"Les tromperies de l'e-renommée sont bien mal embouchées" says the title in Le Canard enchainé Wednesday, August 5, 2015) about "The duperie of e-reputations", a play on the refrain of a Georges Brassens song. "Trumpets of fame, you're talking dirty" ("Trompettes de la renommée, vous êtes bien mal embouchées"). Le Canard enchainé is a well-known satirical weekly newspaper ("canard" - duck - is French slang for newspaper). 1,20 € per issue, carries no advertising.
The song by Georges Brassens, French poet and singer, made fun of the people press (cf. video, infra, 1961). Newspapers and magazines were publishing articles at that time about Brassens' health and he was complaining: "trompettes de la renommée vous êtes bien mal embouchées". Already a question of privacy.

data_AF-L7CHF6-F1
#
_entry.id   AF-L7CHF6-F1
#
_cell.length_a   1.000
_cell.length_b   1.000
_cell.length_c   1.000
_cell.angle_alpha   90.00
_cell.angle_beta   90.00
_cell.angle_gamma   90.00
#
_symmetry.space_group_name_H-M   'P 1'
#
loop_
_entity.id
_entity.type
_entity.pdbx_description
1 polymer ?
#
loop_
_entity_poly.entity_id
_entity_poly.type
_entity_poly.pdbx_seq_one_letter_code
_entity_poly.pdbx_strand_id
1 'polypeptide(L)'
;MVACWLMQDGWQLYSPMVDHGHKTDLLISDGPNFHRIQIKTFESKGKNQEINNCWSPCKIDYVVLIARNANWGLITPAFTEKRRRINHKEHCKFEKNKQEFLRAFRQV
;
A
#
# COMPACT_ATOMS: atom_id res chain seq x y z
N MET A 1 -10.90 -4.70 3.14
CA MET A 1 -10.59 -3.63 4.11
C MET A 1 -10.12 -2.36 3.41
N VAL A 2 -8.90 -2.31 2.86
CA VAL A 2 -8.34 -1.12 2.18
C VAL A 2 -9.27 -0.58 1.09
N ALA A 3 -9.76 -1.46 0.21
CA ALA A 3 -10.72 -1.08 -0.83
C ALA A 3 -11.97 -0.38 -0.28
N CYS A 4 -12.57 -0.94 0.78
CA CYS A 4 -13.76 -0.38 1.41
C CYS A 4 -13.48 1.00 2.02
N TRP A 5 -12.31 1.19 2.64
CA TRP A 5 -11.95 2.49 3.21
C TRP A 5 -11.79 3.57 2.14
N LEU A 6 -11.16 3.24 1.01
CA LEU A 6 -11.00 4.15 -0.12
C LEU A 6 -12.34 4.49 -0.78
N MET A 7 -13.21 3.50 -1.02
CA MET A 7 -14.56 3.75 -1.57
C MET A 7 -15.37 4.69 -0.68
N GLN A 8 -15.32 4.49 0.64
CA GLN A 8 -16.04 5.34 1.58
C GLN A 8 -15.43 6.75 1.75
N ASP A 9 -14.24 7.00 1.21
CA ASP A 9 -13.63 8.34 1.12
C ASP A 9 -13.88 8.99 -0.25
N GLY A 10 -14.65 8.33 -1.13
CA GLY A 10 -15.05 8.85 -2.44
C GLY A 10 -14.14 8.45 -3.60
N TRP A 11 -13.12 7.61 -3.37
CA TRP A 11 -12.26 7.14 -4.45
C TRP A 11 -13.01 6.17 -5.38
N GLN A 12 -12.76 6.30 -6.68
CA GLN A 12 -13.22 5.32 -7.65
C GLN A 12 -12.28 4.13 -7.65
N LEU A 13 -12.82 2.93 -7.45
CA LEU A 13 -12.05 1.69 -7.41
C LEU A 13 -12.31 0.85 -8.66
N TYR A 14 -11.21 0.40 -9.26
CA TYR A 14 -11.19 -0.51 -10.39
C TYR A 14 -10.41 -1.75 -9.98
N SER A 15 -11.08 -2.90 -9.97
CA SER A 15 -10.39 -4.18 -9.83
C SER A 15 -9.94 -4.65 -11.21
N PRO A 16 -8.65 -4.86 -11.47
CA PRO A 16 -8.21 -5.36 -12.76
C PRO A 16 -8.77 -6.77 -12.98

The article is about fake Facebook fans or Twitter followers. To make its point, the Duck (Le Canard) opened a Twitter account and bought followers (150 for 10 € / $). In less than two hours, the Duck boasted 527 followers... and the deed was done.
The journalist, Sorj Chalandon, then reminds us of the number of followers and fans that the former and the actual French president have (850,000 and more than a million respectively)...
Non viewable ads for sale, fake fans and followers, views resulting from bots counted as audience: obviously, something is rotten in the state of the Web!